I sign-in, and Evernote helpfully presents me with a screen about getting started. There are several options, and I elect to use the web clipper to make a note of ingermewburn's Evernote account, which first attracted me to the programme. I am taken straight to a screen where I can download a Firefox extension. In a few seconds, it's downloaded, though I have to restart Firefox for it to take effect, meaning I have to close this blog post and also the original Evernote window that I wanted to clip.
True to form though, Firefox remembers all my tabs and the Evernote button is in place when I restart. It is slightly inconspicuous though, hidden up at the right hand corner of my browser near the search box and home page icon.
I then install Evernote on my computer, so that I can access it when not online.
For Evernote to function in the way I need it too, I need to be able to update it via my mobile phone too. This proves a little trickier. My model of phone is best described as a "not-quite-so-smartphone" - which roughly translates as, it's a smartphone that runs Symbian. Since Nokia have abandoned Symbian, most developers and companies don't bother to create Symbian versions of their apps. This is a real shame, and it seems I'm going to have to wait until I upgrade phones before I feel the full benefit of the Evernote revolution.
One half-satisfactory workaround for this is that I can link my Evernote account to my twitter, where I can DM myself notes - easily done via SMS on a mobile phone. I test out this function, with some success. The notes get through to my Evernote but only if they are less than twitter's 140 character limit. Since I was hoping Evernote would let me save my bus-musings in a useable and searchable form, rather than saved as text messages in my Drafts folder as they currently are, a 140 character limit is hardly helpful. Still, if you have a compatible smartphone, it seems the possibilities are endless - text, photos and webpages can all be uploaded from your mobile to Evernote. (Note to self: sell kidney for iPhone.) (Second note to self: transfer first note to Evernote in order that it is fully archived and searchable.)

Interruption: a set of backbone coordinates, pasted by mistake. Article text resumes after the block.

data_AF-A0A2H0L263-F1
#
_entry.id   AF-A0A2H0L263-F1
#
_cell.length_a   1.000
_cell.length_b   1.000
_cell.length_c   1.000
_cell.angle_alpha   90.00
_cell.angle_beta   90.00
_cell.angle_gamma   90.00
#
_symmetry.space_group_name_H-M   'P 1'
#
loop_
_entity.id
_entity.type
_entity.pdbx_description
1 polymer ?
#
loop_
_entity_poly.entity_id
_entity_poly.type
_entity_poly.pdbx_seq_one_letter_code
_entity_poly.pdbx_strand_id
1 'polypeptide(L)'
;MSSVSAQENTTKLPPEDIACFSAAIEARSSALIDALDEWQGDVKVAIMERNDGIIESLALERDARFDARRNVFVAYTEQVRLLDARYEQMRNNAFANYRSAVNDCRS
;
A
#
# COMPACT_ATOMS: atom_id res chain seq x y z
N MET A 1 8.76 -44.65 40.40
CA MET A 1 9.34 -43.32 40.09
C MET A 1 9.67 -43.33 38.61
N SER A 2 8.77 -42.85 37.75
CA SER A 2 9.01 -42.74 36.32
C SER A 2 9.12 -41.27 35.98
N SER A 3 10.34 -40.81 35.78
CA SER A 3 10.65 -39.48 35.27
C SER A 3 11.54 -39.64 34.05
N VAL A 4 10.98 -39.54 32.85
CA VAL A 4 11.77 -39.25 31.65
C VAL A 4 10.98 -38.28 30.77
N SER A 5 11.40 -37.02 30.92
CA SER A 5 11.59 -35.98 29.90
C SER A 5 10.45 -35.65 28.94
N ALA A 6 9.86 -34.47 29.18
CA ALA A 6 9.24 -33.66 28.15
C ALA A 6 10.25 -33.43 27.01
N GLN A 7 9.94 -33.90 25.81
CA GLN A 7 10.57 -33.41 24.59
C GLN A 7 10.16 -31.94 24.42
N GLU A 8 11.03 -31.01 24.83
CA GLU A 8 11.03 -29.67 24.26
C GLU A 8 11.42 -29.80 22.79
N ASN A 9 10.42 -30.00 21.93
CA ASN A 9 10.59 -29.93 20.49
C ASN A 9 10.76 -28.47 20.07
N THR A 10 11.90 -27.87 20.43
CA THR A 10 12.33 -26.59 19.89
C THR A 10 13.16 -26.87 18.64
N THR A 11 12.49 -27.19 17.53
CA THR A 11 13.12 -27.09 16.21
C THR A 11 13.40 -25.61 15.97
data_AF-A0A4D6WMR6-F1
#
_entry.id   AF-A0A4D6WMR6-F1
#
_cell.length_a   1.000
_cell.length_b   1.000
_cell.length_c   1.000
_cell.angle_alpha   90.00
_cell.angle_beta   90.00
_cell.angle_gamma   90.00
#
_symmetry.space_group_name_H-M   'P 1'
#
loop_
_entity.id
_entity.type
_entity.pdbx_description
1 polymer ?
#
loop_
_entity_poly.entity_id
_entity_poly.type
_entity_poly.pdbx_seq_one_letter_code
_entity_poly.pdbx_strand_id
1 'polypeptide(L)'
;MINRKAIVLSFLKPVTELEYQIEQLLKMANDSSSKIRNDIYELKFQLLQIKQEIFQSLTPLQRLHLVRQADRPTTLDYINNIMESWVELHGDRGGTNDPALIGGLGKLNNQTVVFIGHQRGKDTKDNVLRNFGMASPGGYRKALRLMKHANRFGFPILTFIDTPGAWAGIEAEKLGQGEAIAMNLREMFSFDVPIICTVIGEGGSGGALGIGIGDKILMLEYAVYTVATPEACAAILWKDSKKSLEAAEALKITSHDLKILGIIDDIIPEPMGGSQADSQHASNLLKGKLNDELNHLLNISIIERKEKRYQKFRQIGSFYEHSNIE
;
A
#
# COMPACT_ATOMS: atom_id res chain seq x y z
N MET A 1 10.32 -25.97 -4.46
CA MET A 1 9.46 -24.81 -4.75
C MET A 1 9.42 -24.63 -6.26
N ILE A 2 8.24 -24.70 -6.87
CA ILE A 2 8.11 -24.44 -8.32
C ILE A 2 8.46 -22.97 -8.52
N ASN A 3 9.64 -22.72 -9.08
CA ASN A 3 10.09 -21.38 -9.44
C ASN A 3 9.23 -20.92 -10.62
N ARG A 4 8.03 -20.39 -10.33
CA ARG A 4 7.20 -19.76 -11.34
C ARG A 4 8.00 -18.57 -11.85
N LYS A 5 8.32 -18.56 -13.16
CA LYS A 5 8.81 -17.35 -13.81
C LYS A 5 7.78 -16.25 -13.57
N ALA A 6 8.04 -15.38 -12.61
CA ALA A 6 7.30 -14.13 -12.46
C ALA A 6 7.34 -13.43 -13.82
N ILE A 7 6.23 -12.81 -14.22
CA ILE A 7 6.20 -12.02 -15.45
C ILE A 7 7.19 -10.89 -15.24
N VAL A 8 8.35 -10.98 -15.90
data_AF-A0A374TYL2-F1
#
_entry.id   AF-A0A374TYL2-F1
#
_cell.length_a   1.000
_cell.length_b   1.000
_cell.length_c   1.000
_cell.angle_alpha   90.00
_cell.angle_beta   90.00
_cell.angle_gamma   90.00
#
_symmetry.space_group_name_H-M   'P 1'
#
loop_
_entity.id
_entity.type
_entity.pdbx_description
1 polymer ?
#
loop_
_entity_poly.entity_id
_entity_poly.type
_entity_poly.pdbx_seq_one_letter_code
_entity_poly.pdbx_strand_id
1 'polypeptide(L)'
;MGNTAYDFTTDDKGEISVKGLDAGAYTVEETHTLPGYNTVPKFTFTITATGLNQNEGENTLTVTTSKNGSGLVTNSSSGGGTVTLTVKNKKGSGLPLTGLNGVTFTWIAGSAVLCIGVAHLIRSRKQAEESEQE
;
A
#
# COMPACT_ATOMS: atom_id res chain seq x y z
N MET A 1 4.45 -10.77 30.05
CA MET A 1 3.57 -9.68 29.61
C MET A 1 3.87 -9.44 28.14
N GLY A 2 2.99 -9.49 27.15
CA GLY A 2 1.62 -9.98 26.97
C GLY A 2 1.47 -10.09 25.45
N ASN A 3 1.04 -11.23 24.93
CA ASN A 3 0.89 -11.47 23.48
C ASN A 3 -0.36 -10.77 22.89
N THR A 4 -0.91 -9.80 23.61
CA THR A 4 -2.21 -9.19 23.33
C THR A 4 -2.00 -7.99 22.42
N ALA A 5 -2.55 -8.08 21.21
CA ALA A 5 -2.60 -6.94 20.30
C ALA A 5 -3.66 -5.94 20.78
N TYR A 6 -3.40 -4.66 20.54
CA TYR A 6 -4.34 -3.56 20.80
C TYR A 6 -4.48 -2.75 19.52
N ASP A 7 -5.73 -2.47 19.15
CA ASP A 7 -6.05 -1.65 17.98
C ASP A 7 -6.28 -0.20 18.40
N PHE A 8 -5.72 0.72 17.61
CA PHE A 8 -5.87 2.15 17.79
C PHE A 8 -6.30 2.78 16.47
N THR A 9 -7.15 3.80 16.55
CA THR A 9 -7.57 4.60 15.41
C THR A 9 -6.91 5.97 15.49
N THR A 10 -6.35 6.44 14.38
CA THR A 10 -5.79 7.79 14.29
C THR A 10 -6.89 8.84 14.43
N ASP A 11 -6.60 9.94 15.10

So, a week into using Evernote, I am finally finding my feet a bit. I've been mostly working from home this week, so haven't had much chance to fully test out its mobile capabilties, but I have basically been doing all my PC-based work straight into the program. Quite an endorsement, I'd say!